The schedule is designed to respect biological rhythms. When compulsory school ends at age 16, sessions last 45 minutes and are combined with 15-minute rest periods in which students can do whatever they want.
4- Early detection of special educational needs
The Finnish educational system is characterized by having a system capable of detecting any disorder or difficulty in learning. From an early age in non-compulsory education, students undergo various tests to detect a problem in their learning, if any.
If yes, these children attend primary school in specialized classes, with a ratio of five students and specialized teachers in the same center as the other children.
In the case of minor problems, the total inclusion of the child is done with all the necessary means for this purpose. Specialized teachers are in all centers.
5- An appropriate learning rate
At the compulsory stage (primary and secondary), the number of students per class does not exceed 25, although the norm is that there should be no more than 20. Unlike other countries, there are educational assistants who help the main teacher with both. material as students with special educational needs.
In high school, there is one advisor for 200 students. This allows you to serve everyone efficiently and effectively. All present in the same center and must be visited twice a year by each student.
6- Motivated students
Students often work in teams or alone. While the faculty, as another resource, is dedicated to motivating them to participate and remain active in the activities they undertake.
The centers stand out for having shelves full of books, as well as projectors, computers, televisions… Students are constantly encouraged to use everything they can to build knowledge.
7- Freedom of choice
In Finland, students can choose progressively and in relation to their maturity. In basic education, for example, the language you want to learn or optional or optional subjects.
They can choose their training, developing their autonomy and sense of responsibility for their studies. This broad autonomy that high school students benefit from prepares them for further training.
8- Evaluation system that motivates
Students are not graded using numbers or grades. At 9 years old, it is true that they undergo an assessment, but this has the characteristics described above. So there is no assessment up to 11 years.
Therefore, as there are no assessments, each student can learn at their own pace without tension. Finland opted for the curiosity that characterizes children, so evaluating would be a mistake.
Grades appear as age 13 and are maintained using grades 4 through 10. At some levels there are exams every six weeks. The evaluation is, therefore, guided by the evaluation of what the student knows, what stimulates and motivates the student.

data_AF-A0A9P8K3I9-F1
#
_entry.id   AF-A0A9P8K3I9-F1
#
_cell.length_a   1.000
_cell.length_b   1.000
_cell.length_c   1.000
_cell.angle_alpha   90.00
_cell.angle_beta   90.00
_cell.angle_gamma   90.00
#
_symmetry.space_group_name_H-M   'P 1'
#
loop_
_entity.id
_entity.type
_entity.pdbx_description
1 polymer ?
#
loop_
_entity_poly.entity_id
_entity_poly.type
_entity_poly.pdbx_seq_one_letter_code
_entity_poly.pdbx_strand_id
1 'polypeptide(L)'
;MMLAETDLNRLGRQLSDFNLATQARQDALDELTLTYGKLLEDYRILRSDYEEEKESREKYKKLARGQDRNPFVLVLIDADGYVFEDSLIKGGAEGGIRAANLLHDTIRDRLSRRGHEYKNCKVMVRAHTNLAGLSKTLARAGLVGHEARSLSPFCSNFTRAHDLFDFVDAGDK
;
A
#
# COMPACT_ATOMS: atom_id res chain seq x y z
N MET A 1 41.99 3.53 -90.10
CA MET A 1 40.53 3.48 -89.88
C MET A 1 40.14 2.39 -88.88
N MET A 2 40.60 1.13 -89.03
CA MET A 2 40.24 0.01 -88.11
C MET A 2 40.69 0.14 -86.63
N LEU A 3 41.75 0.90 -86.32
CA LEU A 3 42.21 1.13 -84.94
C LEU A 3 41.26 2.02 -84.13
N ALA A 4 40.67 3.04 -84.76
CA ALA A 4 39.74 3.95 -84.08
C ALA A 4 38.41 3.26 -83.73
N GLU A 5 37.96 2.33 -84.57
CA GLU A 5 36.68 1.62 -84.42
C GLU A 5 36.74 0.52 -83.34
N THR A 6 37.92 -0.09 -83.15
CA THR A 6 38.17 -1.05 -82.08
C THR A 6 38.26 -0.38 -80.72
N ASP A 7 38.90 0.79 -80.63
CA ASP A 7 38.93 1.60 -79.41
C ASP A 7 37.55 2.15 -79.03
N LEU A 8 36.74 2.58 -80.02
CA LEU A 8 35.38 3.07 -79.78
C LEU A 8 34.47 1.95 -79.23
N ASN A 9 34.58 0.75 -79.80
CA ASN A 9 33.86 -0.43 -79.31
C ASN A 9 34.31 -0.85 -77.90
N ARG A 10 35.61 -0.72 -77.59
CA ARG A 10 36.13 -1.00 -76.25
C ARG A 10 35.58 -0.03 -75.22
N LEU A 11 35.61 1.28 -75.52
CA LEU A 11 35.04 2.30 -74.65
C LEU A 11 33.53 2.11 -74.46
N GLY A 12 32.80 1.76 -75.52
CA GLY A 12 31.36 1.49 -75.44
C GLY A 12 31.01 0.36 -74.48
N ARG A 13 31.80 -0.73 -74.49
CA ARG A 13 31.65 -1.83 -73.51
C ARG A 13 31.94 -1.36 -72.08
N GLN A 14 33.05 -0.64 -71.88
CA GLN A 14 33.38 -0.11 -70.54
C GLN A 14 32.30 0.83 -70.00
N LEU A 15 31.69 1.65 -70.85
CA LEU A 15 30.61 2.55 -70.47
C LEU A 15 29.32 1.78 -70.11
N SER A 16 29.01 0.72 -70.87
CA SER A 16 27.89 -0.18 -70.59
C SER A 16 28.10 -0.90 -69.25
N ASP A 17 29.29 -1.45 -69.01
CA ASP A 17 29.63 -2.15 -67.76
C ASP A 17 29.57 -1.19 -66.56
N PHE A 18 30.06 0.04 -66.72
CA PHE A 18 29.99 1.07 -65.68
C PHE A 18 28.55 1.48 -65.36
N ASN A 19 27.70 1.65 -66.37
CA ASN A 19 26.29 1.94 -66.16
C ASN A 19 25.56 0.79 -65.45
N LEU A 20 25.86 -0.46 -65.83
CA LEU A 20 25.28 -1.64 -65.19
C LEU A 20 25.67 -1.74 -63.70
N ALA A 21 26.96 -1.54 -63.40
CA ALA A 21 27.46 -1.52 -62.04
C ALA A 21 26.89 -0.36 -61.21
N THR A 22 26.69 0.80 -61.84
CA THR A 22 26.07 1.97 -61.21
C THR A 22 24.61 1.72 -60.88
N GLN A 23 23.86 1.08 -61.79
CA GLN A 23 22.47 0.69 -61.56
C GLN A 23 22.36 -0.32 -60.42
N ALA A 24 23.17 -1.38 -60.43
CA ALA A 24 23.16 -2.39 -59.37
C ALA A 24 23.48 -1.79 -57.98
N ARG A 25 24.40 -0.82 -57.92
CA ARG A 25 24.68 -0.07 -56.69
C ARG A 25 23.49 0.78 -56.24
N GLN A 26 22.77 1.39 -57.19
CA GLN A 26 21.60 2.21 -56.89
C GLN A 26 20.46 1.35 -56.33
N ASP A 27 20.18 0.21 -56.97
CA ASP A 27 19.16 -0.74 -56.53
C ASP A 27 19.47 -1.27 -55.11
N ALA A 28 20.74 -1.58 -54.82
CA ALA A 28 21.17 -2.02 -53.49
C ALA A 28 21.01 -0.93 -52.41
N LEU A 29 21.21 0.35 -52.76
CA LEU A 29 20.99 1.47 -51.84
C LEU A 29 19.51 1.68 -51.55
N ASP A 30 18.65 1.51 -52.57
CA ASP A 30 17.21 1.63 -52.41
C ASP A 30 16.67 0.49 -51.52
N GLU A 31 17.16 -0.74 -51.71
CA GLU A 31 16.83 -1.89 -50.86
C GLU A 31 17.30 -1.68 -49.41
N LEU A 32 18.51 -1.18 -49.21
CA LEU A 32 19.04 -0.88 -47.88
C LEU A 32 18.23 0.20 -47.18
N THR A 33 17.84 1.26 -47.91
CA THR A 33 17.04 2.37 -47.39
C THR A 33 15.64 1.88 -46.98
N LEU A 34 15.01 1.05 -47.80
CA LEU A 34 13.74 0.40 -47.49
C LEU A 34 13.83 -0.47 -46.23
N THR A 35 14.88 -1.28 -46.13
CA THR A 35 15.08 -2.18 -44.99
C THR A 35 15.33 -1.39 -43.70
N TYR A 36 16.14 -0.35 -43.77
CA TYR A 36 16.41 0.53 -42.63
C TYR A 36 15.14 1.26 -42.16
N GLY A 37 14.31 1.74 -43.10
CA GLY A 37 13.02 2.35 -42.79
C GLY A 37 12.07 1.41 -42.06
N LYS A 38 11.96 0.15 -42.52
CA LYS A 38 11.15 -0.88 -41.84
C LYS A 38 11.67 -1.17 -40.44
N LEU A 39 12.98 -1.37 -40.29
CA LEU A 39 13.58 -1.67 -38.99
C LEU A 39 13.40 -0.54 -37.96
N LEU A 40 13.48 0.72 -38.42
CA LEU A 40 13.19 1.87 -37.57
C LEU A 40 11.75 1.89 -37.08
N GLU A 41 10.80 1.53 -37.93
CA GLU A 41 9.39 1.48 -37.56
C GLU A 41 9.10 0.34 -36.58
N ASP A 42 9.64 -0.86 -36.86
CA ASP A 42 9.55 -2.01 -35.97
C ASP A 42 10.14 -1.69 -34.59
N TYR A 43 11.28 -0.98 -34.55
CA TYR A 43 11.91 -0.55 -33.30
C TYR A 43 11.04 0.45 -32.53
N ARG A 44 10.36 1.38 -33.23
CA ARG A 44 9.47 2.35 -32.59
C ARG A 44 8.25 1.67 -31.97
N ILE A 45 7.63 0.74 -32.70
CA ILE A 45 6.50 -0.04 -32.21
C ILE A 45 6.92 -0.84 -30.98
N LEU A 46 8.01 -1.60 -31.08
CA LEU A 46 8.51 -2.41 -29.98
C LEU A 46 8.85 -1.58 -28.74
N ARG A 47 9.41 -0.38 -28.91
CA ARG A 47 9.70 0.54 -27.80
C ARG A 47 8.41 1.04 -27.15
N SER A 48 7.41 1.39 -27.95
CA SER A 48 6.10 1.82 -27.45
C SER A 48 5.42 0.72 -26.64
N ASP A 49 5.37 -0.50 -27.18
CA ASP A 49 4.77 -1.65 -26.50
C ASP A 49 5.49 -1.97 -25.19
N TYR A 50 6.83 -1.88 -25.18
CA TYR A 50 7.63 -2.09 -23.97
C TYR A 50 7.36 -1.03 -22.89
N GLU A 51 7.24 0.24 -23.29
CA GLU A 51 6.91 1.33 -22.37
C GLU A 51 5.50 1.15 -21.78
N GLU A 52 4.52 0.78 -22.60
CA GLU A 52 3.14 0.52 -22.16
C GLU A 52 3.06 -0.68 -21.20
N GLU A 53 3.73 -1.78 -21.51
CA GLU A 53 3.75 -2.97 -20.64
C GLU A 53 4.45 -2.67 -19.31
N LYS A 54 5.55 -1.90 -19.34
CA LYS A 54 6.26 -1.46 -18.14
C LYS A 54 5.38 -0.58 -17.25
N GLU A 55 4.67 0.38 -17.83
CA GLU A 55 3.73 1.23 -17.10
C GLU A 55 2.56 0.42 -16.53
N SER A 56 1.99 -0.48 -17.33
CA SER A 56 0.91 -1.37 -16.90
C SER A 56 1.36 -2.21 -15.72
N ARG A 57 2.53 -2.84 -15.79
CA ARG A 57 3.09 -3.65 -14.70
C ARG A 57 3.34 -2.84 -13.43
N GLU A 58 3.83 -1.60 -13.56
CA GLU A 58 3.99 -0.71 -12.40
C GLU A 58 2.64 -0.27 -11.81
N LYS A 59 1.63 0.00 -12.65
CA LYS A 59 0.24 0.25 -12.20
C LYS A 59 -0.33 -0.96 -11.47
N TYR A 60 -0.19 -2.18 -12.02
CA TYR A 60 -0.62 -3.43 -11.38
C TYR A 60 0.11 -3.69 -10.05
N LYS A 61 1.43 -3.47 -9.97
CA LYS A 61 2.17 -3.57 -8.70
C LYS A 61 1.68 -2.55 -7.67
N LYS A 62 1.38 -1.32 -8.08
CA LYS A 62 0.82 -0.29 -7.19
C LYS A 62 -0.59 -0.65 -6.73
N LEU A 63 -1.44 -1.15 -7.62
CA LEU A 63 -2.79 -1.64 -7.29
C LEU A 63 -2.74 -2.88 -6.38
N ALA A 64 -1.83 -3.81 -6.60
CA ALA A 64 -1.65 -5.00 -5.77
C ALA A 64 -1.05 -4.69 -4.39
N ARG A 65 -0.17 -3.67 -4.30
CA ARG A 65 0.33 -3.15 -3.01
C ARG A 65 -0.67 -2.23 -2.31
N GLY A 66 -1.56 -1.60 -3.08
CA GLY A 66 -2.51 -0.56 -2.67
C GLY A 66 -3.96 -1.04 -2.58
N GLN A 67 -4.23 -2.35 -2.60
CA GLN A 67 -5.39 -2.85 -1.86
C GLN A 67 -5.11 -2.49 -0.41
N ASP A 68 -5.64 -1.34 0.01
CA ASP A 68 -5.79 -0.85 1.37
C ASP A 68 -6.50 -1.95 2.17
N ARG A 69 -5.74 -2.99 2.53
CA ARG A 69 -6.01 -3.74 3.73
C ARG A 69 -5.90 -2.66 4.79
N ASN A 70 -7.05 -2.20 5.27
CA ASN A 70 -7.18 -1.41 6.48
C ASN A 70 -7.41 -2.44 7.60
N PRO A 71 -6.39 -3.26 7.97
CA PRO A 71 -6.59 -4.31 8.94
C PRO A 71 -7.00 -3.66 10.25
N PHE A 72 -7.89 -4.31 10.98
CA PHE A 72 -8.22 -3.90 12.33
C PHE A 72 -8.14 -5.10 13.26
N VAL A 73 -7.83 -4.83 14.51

After seeing how Finland approaches the education of its students, we will look at the keys to success for its teachers:
9- Socially valued profession
Although work in education is as remunerated as in other European countries, the teaching profession is highly valued by society.
This respect arises because of the importance the country attaches to its education and the feeling that teachers are experts. The teachers feel that they are in the service of the children, so there is an initial motivation.
10- Rigorous selection
The disciplinary and theoretical competences are considered, but also the concept of education that they trained in their craft, in addition to the knowledge they have about childhood.
Classroom teachers, in addition to having experience as assistants for three years, must take a matriculation exam. Once they have it, they can appear at the college of education they choose. Subsequently, they will undergo different tests and interviews.
Teachers specializing in a subject should obtain a master’s degree in a subject and study pedagogy for one or two years. To enter the university you must pass the same tests as the previous ones.
When they already have the diploma, they need to find a job and, for this, the municipalities are responsible for recruiting from the centers. Both directors and participating committees can influence the decision based on their projects and needs.
11- Quality teaching materials
Faculty have a range of materials ready to use in their classrooms. Unlike other countries, classes are comfortable and spacious, equipped with multimedia material.
12- Freedom to teach
Finnish teachers have authentic pedagogical freedom, as well as autonomy to teach. Therefore, they are motivated in their daily lives.
13- Relationship with universities
The faculty is associated with the university as they participate in training students who are being trained as teachers and even intervene at the university if necessary.
14- Continuous recycling
In addition, the State conducts in-service training programs in areas that are necessary or of great importance.
Professionals can also apply for funding to enhance their training. From what was said above, educators are understood as an important part of education, so that special importance is given to their training (Ministério da Educação e Cultura, 2013).